“So where is the voice that’s going to speak up? Is Gil Kerlikowske going to speak up? Tom Mclellan? Dr. Westley Clark? Where are the voices that are going to push back against this? Or
are we going to go 1 0 years and suddenly find ourselves with 13-17 percent of the population past-month drug users and another giant wave of addicts? What is going on? There’s the biggest issue I think we’ve got to address. But to do that, people have to have the scientific evidence and the courage to stand up and say, ‘No, we don’t think our kids ought to be smoking dope and binge drinking.'”

Feds ‘Looking the Other Way’?

What has General McCaffrey scratching his head is why it seems the federal government chose to look the other way, allowing state laws to sidestep national law. In February, U.S. Attorney General Eric Holder announced an end on raids on marijuana dispensaries in California. Holder told reporters that American policy is now what President Obama said during his presidential campaign: that states should be allowed to make their own rules on medical marijuana.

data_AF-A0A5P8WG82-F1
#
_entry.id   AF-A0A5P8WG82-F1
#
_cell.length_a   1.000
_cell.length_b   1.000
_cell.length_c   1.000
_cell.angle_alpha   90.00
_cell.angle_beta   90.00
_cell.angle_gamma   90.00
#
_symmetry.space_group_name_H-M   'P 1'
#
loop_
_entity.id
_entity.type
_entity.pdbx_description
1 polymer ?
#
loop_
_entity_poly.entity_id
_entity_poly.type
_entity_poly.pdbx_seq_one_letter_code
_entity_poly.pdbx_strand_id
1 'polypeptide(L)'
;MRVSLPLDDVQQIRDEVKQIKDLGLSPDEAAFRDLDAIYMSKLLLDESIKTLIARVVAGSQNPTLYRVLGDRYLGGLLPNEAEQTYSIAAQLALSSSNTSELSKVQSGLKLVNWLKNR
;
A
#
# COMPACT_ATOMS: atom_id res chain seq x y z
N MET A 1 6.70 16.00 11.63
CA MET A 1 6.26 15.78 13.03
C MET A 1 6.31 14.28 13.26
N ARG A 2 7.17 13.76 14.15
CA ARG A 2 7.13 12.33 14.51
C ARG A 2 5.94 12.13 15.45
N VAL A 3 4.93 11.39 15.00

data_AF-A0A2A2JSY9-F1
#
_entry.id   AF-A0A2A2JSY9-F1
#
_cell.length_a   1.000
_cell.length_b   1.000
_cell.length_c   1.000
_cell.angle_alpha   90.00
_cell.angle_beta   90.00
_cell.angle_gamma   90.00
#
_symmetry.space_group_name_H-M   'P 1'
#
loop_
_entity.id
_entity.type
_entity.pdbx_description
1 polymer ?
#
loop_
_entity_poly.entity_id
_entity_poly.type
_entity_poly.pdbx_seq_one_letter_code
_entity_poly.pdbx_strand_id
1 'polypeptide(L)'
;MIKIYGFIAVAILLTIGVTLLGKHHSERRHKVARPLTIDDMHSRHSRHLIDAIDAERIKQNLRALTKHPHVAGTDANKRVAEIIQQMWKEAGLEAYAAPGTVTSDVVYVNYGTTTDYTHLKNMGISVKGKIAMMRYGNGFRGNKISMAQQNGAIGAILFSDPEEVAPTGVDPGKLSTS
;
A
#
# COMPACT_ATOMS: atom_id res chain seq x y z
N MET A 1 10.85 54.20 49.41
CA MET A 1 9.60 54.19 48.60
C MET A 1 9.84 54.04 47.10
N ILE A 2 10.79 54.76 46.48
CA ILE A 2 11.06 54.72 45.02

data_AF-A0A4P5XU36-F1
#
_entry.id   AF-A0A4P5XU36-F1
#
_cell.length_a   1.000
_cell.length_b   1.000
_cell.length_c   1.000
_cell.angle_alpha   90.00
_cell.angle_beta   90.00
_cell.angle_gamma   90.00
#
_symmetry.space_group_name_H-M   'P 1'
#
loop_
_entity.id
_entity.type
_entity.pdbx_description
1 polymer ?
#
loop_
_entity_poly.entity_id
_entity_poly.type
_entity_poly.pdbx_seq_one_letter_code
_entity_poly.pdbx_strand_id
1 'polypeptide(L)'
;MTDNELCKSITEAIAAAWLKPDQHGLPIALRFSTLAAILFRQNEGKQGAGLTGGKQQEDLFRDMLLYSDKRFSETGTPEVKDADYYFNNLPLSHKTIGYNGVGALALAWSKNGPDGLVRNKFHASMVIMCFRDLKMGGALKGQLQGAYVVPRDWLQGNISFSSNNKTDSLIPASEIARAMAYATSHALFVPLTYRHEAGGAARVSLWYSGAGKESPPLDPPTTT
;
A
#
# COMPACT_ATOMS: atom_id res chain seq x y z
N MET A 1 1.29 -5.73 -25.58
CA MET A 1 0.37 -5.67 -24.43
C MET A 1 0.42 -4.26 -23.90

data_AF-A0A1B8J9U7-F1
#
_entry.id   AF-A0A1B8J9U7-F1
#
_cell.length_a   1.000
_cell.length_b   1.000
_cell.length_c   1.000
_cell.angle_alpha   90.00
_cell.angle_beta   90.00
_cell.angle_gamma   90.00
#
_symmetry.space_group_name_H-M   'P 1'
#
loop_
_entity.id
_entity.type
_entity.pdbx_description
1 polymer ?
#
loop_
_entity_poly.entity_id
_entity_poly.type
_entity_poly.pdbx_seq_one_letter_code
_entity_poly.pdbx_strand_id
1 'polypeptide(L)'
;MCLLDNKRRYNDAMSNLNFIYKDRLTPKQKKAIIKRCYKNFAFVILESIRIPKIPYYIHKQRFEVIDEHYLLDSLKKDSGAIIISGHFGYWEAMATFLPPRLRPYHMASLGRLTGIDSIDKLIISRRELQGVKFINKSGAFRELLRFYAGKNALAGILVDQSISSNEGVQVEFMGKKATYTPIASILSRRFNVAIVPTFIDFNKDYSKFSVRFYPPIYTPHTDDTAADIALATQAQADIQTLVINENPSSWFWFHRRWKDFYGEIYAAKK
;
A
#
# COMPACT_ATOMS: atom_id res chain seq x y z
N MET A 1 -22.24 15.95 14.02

Following the announcement by the Attorney General, Los Angeles officials said applications for retail outlets to dispense marijuana surged.

Marijuana remains a Schedule 1 drug – the most restrictive schedule of the Controlled Substances Act because it has “no currently accepted medical use.” The Drug Enforcement Administration supports maintaining that classification, as does the Food and Drug Administration- which requires new drugs be shown to be safe and effective for their intended use before being marketed in this country. Marijuana received a Schedule 1 classification because it meets three criteria: high potential for abuse, no currently accepted medical use in treatment in the United States and lack of accepted safety for use under medical supervision. There is also solid evidence that smoking marijuana has additional adverse health risks: NIDA reports that marijuana smoke contains SQ-70 percent more carcinogenic hydrocarbons than tobacco smoke does. It also narrows arteries in the brain, not unlike patients with hypertension and dementia. Perhaps most disturbing is a study published by the US Substance Abuse and Mental Health Services Administration (SAMHSA) that confirmed gateway effects of marijuana on our youth. It